1 ROBERT CRAY: Hall of Fame bluesman Robert Cray is best known for his distinctive, pristine guitar style and wonderfully soulful singing voice. But he's also an observant, powerful storyteller, especially when it comes to the delirious highs and crushing lows that accompany affairs of the heart. That theme is front and center in Cray's latest album, "Nothin But Love." He likely will showcase the August release when he takes the stage Nov. 9 at Livermore's Bankhead Theater.
Details: 8 p.m.; $14-$70; 925-373-6800, www.mylvpac.com
2 "SUPERIOR DONUTS": Tracy Letts' most famous work, "August: Osage County," was a sprawling epic of familial dysfunction and self-destruction. This later comedy, now in production at San Francisco's Custom Made Theatre Company, is a lighter look at a grizzled doughnut shop owner and the young, idealistic man he hires for help.
Details: Through Dec. 2; Gough Playhouse, San Francisco; $25-$30; www.custommade.org.
3 CHRIS SMITHER: The blues revivalist who emerged from the Boston coffee house circuit in the late 1960s is a terrific finger-style acoustic guitarist with a song catalog that traverses New Orleans and Appalachia with equal dexterity. He's touring in support of his latest album, "Hundred Dollar Valentine" and has two stops at Berkeley's Freight & Salvage. Both shows could easily sell out. Another guitar wizard, Willie Porter, is the opener.
Details: 8 p.m. Nov. 9-10; $26.50 advance/$28.50 door; 510-644-2020, www.thefreight.org.
4 "LITTLE WOMEN": Louisa May Alcott's 19th-century novel about four plucky sisters has for so long been a staple of growing-up literature that it's easy to forget the stage adaptation is not
Details: Through Dec. 8; $20; 510-232-4031; www.masquers.org.
5 ADAM LEVY: The musician might be best known for contributing his nimble guitar licks to several Norah Jones albums and concert tours. He's also played for Tracy Chapman. But on Nov. 9, the full range of his talents as a singer, songwriter and guitarist will be front and center, as he headlines the latest chapter of the Point Richmond Acoustic concert series. Mark Lemaire and Cindy Van Empel open the show.
Details: 8 p.m.; First Methodist Church of Point Richmond; $15 (at the door); www.pointacoustic.org.
6 CONTRA COSTA CHAMBER ORCHESTRA: The outfit is back for its second program of the fall and two weekend concerts, featuring Karl Husa's Divertimento for Brass and Percussion; Charles Gounod's "Petite Symphonie," Mendelssohn's String Symphony No. 1 in C major; and Benjamin Britten's "The Young Person's Guide to the Orchestra," Op. 34.
Details: 7 p.m. Nov. 10 at Los Medanos College Recital Hall, Pittsburg; $5-$10 at the door; 7:30 p.m. Nov. 11 at Lesher Center for the Arts, Walnut Creek; $10-$30; 925-943-7469, www.lesherartscenter.org; www.cccorch.org.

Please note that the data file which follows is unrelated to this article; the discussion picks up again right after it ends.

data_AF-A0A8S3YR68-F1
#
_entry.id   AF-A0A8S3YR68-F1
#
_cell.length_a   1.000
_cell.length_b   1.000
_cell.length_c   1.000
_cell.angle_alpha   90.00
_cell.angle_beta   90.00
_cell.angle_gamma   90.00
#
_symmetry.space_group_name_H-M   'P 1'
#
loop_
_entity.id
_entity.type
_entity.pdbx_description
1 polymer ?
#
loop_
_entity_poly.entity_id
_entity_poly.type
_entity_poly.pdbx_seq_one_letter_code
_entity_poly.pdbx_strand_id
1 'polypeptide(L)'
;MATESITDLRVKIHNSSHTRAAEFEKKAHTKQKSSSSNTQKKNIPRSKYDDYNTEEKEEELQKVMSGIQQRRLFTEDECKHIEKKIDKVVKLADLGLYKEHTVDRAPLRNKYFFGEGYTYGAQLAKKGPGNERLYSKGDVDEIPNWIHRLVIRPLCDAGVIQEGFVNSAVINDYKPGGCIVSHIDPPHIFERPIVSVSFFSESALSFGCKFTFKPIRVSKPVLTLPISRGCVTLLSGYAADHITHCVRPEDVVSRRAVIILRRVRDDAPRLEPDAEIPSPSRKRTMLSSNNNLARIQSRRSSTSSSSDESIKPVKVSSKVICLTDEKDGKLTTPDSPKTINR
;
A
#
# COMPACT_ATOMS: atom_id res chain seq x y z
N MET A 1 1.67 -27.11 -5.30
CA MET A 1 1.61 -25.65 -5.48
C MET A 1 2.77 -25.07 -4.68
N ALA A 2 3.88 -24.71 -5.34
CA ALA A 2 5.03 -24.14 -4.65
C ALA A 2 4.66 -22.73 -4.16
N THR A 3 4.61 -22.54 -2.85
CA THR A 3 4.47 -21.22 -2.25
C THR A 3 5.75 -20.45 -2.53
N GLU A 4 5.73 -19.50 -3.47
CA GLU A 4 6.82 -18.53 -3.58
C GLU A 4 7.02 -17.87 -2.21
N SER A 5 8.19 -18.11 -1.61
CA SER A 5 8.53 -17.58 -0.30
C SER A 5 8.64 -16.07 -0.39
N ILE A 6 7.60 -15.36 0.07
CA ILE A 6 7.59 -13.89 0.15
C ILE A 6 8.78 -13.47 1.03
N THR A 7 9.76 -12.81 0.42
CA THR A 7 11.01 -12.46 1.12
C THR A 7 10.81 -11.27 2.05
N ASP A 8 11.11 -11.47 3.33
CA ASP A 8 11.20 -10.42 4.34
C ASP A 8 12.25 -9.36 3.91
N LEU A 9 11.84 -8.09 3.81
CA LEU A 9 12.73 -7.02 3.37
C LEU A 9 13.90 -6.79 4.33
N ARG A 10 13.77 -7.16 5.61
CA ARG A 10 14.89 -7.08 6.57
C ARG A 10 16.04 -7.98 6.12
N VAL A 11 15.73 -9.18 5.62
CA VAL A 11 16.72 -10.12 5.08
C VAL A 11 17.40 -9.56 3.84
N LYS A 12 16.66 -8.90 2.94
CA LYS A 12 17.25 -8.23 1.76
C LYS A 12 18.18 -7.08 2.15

7 KILLING MY LOBSTER: It's the end of the world as we know it, and Killing My Lobster, the San Francisco comedy troupe, apparently feels fine. Its latest jaunt plays off doomsday scenarios (including the Mayan calendar) and is titled "Killing My Lobster Does Not Fear the End." If we die, it will probably be from laughing.
Details: Through Nov. 18; Intersection for the Arts, San Francisco; $22-$25; www.killingmylobster.com.
8 AJA VU: Even during its most productive years in the 1970s, Steely Dan didn't tour much, concerned that its genre-bending, carefully compiled studio rock wouldn't translate to the stage. So we Bay Area fans are lucky that we have Aja Vu, a San Francisco band that deftly delivers Steely Dan classics in a live setting. The band's latest stop is Nov. 10 at Antioch's El Campanil Theatre.
Details: 8 p.m.; $15-$27; 925-757-9500, www.elcampaniltheatre.com.
9 FRAN LEBOWITZ: The sharp-witted and outspoken New York author and essayist, often described as a contemporary Dorothy Parker (high praise, indeed), makes a rare Northern California appearance with a stop Nov. 15 at UC Berkeley's Zellerbach Hall.
Details: Presented by Cal Performances; 8 p.m.; $20-$52; 510-642-9988, www.calperformances.org.
10 JON SPENCER BLUES EXPLOSION: The title of this noisy '90s alt-rock band is ironic, or maybe metaphorical. Nothing that Spencer and his trio play is rooted in the blues. But like the blues, the songs can be sloppy, angry, confrontational, maybe a little dangerous. After an extended hiatus (its second), the band is back with a new album, "Meat + Bone," and a show Nov. 10 at San Francisco's Great American Music Hall.
Details: 9 p.m.; $21-$23; www.slimspresents.com.